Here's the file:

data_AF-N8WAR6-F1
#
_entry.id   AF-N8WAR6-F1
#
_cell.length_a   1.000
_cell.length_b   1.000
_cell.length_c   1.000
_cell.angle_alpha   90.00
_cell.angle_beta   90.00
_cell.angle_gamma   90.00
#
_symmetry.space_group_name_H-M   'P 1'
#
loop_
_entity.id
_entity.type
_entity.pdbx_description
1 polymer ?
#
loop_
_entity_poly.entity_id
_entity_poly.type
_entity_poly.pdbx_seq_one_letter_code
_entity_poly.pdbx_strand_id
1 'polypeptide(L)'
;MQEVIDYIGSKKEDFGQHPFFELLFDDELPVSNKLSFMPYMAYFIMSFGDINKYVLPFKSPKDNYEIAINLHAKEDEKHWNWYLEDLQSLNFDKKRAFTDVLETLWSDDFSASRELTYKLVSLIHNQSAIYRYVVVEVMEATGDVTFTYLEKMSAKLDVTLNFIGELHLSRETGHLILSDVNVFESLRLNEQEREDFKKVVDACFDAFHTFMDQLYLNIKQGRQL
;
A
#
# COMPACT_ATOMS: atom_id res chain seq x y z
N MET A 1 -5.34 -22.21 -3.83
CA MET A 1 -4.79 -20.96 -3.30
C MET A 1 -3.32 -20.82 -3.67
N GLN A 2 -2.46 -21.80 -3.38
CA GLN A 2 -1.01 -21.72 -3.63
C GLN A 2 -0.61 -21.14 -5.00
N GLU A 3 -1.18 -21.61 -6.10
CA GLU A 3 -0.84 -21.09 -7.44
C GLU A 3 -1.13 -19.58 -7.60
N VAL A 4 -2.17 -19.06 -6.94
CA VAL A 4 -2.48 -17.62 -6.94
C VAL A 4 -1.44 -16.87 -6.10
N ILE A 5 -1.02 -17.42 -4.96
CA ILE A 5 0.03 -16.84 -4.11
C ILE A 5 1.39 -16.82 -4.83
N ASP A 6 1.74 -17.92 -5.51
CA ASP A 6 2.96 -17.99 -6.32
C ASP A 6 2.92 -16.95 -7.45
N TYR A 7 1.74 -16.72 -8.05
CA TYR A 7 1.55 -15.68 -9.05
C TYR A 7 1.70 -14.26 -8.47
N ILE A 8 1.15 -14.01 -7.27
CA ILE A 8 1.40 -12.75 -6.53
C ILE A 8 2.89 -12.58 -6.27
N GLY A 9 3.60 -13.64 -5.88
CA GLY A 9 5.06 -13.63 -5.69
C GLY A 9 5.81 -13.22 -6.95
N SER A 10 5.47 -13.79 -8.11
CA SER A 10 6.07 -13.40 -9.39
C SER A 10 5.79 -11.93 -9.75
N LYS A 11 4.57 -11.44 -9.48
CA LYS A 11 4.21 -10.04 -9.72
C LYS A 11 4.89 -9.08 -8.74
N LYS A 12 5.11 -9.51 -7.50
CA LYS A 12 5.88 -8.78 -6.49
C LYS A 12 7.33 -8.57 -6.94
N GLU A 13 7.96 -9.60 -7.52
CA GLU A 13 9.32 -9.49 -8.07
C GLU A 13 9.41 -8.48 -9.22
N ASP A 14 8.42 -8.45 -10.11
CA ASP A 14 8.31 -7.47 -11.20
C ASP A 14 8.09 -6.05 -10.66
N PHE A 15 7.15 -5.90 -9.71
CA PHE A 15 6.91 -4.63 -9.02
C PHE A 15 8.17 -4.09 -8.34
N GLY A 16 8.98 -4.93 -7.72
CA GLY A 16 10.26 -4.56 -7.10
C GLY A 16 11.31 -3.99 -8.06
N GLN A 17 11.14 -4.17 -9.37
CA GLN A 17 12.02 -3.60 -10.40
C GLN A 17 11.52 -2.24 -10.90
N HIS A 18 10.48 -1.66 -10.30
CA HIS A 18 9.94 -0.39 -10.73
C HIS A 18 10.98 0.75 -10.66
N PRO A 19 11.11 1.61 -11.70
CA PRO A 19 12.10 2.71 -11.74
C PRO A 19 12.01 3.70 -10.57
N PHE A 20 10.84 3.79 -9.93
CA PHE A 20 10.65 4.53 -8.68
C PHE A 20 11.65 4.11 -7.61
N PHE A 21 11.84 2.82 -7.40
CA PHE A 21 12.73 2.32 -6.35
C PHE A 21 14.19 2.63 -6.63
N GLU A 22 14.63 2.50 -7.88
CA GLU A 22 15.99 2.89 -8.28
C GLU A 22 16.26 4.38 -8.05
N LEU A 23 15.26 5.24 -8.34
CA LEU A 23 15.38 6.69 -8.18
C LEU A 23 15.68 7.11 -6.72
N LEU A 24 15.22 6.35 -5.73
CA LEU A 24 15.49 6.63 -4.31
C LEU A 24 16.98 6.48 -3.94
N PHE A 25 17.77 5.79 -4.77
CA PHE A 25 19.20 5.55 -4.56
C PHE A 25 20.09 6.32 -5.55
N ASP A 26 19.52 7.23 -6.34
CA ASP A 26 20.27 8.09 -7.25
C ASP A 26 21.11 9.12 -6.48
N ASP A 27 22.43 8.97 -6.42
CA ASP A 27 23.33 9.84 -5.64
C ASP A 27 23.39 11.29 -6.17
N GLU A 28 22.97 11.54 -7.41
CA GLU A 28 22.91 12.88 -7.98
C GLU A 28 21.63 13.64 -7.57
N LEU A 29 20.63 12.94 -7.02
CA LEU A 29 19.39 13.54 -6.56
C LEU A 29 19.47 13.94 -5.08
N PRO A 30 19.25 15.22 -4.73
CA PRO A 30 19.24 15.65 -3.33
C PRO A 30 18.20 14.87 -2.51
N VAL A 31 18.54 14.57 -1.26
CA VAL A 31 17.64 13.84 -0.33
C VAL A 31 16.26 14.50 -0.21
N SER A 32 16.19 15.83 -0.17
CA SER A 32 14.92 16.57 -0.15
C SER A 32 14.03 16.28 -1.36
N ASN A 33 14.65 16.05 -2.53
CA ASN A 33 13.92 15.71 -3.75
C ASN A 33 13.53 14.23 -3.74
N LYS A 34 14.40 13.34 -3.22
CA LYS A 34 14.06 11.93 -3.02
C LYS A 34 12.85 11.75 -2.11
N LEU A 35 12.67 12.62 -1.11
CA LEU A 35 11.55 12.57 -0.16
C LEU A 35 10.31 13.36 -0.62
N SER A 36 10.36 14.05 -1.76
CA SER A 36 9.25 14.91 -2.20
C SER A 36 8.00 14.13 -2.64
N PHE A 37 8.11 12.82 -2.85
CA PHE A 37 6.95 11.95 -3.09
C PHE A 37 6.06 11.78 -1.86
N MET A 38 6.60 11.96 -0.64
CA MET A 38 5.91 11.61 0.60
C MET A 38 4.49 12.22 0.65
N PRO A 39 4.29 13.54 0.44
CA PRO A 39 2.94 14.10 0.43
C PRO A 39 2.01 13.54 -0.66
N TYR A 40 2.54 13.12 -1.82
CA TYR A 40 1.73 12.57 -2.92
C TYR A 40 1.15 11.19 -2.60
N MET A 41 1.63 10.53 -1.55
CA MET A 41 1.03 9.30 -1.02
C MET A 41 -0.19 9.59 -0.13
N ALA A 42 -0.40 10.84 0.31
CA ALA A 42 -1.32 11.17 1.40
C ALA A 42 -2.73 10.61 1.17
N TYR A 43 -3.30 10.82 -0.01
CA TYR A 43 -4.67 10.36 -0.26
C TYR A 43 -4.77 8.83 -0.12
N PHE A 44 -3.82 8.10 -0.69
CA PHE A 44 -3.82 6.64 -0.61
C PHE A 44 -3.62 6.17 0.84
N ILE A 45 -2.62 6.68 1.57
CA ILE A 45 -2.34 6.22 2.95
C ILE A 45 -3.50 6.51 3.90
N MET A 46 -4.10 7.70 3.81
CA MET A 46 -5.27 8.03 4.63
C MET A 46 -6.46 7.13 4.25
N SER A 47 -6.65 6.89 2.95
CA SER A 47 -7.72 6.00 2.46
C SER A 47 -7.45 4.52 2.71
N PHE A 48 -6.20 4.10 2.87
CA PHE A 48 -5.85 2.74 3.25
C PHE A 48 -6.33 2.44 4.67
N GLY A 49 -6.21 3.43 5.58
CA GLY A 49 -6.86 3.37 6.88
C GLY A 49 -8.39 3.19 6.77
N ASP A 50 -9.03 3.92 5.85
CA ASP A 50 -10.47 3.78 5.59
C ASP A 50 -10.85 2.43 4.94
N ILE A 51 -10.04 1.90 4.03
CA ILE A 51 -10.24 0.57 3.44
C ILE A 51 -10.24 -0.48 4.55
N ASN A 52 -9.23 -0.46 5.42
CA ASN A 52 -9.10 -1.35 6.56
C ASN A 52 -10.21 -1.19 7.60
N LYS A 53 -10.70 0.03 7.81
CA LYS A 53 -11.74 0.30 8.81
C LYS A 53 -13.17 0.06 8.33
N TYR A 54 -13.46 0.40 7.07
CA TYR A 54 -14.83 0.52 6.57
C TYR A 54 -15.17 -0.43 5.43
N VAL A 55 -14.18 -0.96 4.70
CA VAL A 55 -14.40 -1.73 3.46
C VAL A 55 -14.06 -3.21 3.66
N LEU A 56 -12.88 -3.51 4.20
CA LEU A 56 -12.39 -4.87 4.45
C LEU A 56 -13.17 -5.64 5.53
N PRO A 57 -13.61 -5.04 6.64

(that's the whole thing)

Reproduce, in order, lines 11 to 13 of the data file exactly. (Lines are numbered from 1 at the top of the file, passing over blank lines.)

#
_symmetry.space_group_name_H-M   'P 1'
#